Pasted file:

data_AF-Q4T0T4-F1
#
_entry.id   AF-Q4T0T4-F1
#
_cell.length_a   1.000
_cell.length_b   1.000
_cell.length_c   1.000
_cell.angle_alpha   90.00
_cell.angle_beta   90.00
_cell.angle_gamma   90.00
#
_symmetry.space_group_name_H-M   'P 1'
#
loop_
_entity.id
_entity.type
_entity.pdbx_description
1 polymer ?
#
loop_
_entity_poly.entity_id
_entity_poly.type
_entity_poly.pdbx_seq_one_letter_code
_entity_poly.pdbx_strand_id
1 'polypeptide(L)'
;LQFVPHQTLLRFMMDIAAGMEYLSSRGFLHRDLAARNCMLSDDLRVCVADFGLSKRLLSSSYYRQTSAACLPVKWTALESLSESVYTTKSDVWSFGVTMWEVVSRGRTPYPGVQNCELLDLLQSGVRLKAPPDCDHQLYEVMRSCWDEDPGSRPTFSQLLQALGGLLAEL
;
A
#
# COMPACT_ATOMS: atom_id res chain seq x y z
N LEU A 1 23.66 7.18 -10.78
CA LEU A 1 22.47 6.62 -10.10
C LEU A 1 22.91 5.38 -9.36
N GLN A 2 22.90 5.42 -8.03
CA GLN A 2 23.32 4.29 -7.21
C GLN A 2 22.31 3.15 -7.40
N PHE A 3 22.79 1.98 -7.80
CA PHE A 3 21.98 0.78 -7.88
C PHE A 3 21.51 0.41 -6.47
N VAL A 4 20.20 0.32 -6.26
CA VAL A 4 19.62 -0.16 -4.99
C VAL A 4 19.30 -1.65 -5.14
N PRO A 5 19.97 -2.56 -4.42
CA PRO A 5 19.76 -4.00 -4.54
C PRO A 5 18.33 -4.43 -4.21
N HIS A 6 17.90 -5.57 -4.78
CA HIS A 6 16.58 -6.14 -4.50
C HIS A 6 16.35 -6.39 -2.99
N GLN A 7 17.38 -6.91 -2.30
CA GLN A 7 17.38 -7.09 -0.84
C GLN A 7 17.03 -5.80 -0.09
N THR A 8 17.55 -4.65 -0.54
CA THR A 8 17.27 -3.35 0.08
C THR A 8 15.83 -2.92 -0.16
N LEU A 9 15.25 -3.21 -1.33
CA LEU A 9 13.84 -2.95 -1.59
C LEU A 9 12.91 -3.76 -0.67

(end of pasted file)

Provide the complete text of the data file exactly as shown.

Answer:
data_AF-Q4T0T4-F1
#
_entry.id   AF-Q4T0T4-F1
#
_cell.length_a   1.000
_cell.length_b   1.000
_cell.length_c   1.000
_cell.angle_alpha   90.00
_cell.angle_beta   90.00
_cell.angle_gamma   90.00
#
_symmetry.space_group_name_H-M   'P 1'
#
loop_
_entity.id
_entity.type
_entity.pdbx_description
1 polymer ?
#
loop_
_entity_poly.entity_id
_entity_poly.type
_entity_poly.pdbx_seq_one_letter_code
_entity_poly.pdbx_strand_id
1 'polypeptide(L)'
;LQFVPHQTLLRFMMDIAAGMEYLSSRGFLHRDLAARNCMLSDDLRVCVADFGLSKRLLSSSYYRQTSAACLPVKWTALESLSESVYTTKSDVWSFGVTMWEVVSRGRTPYPGVQNCELLDLLQSGVRLKAPPDCDHQLYEVMRSCWDEDPGSRPTFSQLLQALGGLLAEL
;
A
#
# COMPACT_ATOMS: atom_id res chain seq x y z
N LEU A 1 23.66 7.18 -10.78
CA LEU A 1 22.47 6.62 -10.10
C LEU A 1 22.91 5.38 -9.36
N GLN A 2 22.90 5.42 -8.03
CA GLN A 2 23.32 4.29 -7.21
C GLN A 2 22.31 3.15 -7.40
N PHE A 3 22.79 1.98 -7.80
CA PHE A 3 21.98 0.78 -7.88
C PHE A 3 21.51 0.41 -6.47
N VAL A 4 20.20 0.32 -6.26
CA VAL A 4 19.62 -0.16 -4.99
C VAL A 4 19.30 -1.65 -5.14
N PRO A 5 19.97 -2.56 -4.42
CA PRO A 5 19.76 -4.00 -4.54
C PRO A 5 18.33 -4.43 -4.21
N HIS A 6 17.90 -5.57 -4.78
CA HIS A 6 16.58 -6.14 -4.50
C HIS A 6 16.35 -6.39 -2.99
N GLN A 7 17.38 -6.91 -2.30
CA GLN A 7 17.38 -7.09 -0.84
C GLN A 7 17.03 -5.80 -0.09
N THR A 8 17.55 -4.65 -0.54
CA THR A 8 17.27 -3.35 0.08
C THR A 8 15.83 -2.92 -0.16
N LEU A 9 15.25 -3.21 -1.33
CA LEU A 9 13.84 -2.95 -1.59
C LEU A 9 12.91 -3.76 -0.67